United by country, divided by ideology

Politics of convenience of Indian Americans

Diaspora

July 31, 2021

/ By / New Delhi

United by country, divided by ideology

Indian Americans are highly divided over ideologies for India and America

Indian-Americans have been seen as the most heavily left-leaning diaspora among the Asian-American community, but the diaspora switches colours when it comes to their ancestral country.

It is often said that it is the environment that you are in those shapes you, it moulds your perspectives, your opinions, and your view of the world, from your favourite ice cream flavour to your political leanings. For Indian Americans, that comes as a mixed bag because they grow up in a fusion world, with west and east, coexisting side by side and influencing each other at times.

Growing up in two very different societies, in culture and ideology, Indian Americans find themselves smack in the middle of this divide. And the divide is perhaps nowhere clearer than in the political arena.

Over the years, there have been several surveys saying that a majority of the Indian American population considers itself to be liberal or centre leaning left in America. It would normally be safe to imagine that the same ideology would also apply to vis a vis their homeland. But a study by University of Pennsylvania, Johns Hopkins-SAIS, and Carnegie Endowment for International Peace, shows otherwise.

How do Indian Americans view India reaffirm the belief that Indian American lean more towards the left. About 65 pc disapproved of the Trump administration. “Given that Indian Americans heavily favour the Democratic Party, their disapproval of Trump is to be expected,” reads the report, “but this disapproval does not mechanically extend to Modi.”

The survey reported that 36 pc of the Indian Americans think India is on the right track (politically), while the other 39 pc thought otherwise.

“I think it has a lot to do with, the community’s general perception toward politics in India,” says Purnima Sharma, a dermatologist in Virginia. “We grew up listening to our parents and families complain about just how bad things were under the previous government, that it really didn’t matter if a right-wing party is going to be in charge. The general feeling was, anyone but the Congress,” she says.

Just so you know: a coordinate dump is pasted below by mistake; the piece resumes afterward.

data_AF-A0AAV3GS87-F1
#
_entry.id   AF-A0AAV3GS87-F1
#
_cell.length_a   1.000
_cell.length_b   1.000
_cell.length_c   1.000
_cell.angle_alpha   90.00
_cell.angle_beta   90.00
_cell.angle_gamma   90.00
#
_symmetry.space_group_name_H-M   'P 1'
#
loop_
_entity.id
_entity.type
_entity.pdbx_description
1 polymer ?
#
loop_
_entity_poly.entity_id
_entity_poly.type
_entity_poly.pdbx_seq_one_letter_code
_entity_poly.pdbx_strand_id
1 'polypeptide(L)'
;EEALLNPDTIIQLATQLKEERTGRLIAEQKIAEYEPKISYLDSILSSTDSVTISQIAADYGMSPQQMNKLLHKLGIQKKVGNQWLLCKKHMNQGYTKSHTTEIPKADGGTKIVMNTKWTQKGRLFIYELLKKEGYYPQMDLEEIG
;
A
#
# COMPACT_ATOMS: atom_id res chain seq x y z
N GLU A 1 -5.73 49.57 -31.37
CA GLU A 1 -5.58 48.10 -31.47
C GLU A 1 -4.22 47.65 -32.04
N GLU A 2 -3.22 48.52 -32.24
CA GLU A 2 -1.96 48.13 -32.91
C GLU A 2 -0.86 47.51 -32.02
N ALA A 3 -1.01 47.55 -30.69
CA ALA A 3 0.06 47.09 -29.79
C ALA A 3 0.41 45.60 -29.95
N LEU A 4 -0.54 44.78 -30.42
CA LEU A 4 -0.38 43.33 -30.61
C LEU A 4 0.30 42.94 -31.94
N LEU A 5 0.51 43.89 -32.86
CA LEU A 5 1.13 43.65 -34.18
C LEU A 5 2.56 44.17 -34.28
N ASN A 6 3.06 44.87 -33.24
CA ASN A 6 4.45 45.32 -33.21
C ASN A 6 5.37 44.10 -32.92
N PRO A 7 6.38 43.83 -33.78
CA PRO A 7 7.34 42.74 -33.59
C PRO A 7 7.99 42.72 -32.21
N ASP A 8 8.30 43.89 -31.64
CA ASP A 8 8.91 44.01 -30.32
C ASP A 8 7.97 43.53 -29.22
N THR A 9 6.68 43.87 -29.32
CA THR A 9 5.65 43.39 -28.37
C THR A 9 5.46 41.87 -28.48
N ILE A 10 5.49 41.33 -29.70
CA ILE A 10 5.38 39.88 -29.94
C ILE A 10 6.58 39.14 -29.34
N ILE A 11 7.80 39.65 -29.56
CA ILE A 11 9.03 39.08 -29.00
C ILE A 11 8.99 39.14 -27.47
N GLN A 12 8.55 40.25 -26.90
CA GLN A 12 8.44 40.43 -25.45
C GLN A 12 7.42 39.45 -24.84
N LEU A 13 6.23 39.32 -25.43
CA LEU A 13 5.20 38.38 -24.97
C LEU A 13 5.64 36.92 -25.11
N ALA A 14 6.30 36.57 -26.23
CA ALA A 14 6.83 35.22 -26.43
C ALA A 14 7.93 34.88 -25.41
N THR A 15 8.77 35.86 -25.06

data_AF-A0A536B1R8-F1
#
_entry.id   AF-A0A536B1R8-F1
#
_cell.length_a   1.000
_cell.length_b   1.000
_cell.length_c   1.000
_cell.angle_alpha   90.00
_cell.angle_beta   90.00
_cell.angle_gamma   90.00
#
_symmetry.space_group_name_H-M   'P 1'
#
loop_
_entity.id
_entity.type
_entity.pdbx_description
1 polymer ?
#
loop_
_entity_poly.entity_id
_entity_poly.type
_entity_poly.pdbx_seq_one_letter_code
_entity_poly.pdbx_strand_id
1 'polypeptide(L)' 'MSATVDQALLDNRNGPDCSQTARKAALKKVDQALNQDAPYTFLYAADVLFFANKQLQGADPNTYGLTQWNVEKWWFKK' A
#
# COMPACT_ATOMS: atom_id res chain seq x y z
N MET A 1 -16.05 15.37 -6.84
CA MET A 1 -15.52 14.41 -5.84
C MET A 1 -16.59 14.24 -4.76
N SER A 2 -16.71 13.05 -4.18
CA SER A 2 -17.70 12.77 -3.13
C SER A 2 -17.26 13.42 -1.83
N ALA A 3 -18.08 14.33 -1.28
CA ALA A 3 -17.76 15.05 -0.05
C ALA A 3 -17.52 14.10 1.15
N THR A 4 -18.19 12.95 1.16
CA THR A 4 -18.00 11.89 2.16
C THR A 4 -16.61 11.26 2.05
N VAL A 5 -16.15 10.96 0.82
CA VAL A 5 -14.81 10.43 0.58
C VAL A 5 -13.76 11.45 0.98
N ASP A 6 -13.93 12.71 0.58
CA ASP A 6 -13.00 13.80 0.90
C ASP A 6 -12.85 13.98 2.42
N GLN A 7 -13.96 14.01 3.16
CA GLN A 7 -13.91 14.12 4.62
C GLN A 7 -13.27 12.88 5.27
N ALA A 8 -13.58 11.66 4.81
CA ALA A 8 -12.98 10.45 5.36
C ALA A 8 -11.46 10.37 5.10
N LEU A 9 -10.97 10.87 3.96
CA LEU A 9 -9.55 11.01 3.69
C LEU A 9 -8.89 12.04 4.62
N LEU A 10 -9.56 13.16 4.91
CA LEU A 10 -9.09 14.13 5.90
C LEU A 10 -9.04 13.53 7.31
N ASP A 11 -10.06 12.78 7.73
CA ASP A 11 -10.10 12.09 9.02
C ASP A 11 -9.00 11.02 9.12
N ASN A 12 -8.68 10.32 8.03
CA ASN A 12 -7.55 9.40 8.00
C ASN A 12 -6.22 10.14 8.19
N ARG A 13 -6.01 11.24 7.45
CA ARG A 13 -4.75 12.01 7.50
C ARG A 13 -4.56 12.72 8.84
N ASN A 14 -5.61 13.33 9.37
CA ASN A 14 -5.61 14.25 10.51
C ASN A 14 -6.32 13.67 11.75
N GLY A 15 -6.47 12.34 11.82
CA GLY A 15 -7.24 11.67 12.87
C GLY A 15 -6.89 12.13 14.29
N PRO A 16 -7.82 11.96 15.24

This sentiment was also shared by a majority of respondents as only 12 pc identified with Congress, but on the other hand, a striking 32 pc of people most closely identified with the BJP. The report read, “When it comes to the Congress Party and (Rahul) Gandhi, however, both Democrats and Republicans are relatively bearish.”

Though the difference didn’t only stop there, one of the questions on the survey was if they approve of the Modi government and the religious divide among the respondents became stark clear. Over all 49 pc of the Indian Americans viewed Modi in a favourable light, but people who identified with Hinduism were more likely to view the current regime in a positive way. “The religious divide is striking. Almost seven in ten Hindus approve of Modi’s performance, while just one in five Muslims do the same. Indian American Christians are evenly divided,” reads the report.

“It’s not news to anyone that the Modi government have had an old habit of trying to appease the majority,” Sharma tells Media India Group “and in recent years, he has tried to do the same in America, with his massive rallies. Personally, I don’t think any other Indian government has reached out to the Indian American diaspora like the current one has, and specifically the Hindu Indian Americans, he has fed us the same slogans and narratives that he told back in India,” adds Sharma.

This survey also makes it clear, that the respondents are very much divided over government policies in both countries. “Indian Americans’ policy views are more liberal on issues affecting the United States and more conservative on issues affecting India,” the report informs.

“While Trump was in power, most of the community did not agree with most of the policies be it on migration or rights of minorities, but it is interesting to notice that at this same time, Modi’s administration was making some of the same policies, just put into Indian context, and a lot of people here in America got behind them,” says Sharma.

Almost 55 pc and 51 pc Indian Americans backed the NRC and CAA respectively, while a majority of them had somewhat negative views on America’s migration laws under Republicans, “I would call it a bit hypocritic,” adds Sharma, “it just goes on to show, ideologies count for nothing sometimes, as long as it benefits your lifestyle, you’ll go with it.”

YOU MAY ALSO LIKE

0 COMMENTS

    Leave a Reply

    Your email address will not be published. Required fields are marked *